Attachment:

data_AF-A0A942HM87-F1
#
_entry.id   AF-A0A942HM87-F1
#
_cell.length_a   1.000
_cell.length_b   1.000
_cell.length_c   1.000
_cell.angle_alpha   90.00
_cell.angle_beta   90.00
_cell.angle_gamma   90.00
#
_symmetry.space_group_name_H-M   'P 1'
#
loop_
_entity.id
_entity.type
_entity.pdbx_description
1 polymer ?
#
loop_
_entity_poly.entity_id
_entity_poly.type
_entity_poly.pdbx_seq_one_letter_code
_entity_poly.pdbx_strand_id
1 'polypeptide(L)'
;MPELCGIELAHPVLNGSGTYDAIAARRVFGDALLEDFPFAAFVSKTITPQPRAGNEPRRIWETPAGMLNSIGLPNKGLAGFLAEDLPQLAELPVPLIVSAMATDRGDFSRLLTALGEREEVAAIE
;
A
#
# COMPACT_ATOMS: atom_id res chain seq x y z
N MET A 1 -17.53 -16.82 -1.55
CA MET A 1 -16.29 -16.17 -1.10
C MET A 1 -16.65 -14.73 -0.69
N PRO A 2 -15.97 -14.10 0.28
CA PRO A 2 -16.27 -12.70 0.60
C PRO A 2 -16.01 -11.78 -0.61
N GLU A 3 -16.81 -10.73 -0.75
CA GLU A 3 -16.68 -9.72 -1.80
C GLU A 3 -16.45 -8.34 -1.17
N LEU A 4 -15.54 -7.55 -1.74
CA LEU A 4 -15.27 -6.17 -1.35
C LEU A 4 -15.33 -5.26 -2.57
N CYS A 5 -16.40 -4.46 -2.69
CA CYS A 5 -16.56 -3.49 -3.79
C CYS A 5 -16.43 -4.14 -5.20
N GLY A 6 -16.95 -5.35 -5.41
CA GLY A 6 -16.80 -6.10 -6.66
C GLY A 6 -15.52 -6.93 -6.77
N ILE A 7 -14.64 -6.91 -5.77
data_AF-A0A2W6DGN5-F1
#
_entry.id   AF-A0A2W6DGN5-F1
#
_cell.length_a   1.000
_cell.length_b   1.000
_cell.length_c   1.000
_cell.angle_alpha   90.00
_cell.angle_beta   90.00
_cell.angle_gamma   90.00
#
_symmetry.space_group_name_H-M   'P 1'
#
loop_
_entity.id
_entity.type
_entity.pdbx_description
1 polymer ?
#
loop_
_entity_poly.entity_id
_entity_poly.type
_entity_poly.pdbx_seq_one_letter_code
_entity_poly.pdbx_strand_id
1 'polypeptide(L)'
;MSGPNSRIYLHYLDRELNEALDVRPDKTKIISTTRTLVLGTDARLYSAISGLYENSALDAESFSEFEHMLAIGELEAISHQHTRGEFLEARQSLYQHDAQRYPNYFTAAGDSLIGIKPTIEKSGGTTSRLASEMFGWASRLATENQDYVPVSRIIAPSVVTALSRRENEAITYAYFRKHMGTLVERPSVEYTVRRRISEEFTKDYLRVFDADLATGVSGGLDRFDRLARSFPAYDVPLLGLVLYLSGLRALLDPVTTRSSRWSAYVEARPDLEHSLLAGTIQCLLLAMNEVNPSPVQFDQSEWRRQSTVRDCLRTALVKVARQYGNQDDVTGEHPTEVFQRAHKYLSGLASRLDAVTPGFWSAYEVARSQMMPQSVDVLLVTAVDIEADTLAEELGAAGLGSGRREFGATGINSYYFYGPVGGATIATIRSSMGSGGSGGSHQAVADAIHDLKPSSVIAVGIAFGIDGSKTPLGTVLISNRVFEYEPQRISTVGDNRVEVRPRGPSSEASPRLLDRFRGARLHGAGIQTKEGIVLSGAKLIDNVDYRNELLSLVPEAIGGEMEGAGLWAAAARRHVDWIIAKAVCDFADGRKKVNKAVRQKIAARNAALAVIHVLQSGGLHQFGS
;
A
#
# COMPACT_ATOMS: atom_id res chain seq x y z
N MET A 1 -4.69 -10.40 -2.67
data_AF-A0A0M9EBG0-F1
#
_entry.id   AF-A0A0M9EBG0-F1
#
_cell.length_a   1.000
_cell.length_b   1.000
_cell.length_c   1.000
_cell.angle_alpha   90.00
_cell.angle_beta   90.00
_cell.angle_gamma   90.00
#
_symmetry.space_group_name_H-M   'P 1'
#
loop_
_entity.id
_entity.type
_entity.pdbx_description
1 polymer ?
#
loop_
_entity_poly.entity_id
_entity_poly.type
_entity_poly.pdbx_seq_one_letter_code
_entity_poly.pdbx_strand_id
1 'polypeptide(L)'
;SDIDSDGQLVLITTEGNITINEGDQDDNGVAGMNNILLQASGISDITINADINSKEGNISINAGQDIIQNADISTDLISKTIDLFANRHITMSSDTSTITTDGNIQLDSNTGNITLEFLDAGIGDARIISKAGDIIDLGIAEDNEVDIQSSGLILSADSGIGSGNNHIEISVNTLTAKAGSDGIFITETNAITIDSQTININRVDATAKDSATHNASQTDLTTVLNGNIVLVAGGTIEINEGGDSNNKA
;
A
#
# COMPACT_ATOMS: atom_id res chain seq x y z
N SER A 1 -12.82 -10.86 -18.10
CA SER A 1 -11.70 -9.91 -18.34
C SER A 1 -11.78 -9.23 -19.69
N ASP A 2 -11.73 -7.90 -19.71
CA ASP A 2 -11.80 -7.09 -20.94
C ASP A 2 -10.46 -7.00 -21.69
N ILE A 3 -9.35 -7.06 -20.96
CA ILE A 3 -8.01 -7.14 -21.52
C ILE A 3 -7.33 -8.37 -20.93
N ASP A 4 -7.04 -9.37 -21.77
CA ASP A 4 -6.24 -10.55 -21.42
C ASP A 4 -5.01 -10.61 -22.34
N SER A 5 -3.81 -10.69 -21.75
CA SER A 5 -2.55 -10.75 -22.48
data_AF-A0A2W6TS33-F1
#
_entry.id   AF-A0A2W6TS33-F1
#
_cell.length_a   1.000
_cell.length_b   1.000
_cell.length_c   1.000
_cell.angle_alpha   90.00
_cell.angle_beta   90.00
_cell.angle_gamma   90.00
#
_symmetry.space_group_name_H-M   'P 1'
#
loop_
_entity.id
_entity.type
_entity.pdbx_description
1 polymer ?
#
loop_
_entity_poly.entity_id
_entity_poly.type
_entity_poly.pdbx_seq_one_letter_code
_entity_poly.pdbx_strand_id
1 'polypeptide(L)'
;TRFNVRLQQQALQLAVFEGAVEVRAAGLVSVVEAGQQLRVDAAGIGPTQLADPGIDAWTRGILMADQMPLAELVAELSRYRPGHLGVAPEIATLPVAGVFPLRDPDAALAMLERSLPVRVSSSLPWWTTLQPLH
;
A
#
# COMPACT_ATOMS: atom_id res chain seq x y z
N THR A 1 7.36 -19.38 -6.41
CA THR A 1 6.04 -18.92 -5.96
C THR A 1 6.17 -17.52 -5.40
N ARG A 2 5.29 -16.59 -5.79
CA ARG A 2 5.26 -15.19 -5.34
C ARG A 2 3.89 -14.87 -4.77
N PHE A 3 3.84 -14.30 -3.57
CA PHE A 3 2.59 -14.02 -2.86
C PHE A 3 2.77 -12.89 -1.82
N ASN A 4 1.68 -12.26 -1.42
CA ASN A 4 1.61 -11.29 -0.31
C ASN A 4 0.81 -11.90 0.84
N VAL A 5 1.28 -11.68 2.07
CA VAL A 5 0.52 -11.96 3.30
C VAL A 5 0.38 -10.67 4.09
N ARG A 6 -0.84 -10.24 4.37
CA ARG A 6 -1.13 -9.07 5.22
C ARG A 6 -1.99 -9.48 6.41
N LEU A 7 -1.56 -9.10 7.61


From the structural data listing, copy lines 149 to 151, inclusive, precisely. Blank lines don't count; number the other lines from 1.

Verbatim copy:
1 'polypeptide(L)'
;TRFNVRLQQQALQLAVFEGAVEVRAAGLVSVVEAGQQLRVDAAGIGPTQLADPGIDAWTRGILMADQMPLAELVAELSRYRPGHLGVAPEIATLPVAGVFPLRDPDAALAMLERSLPVRVSSSLPWWTTLQPLH
;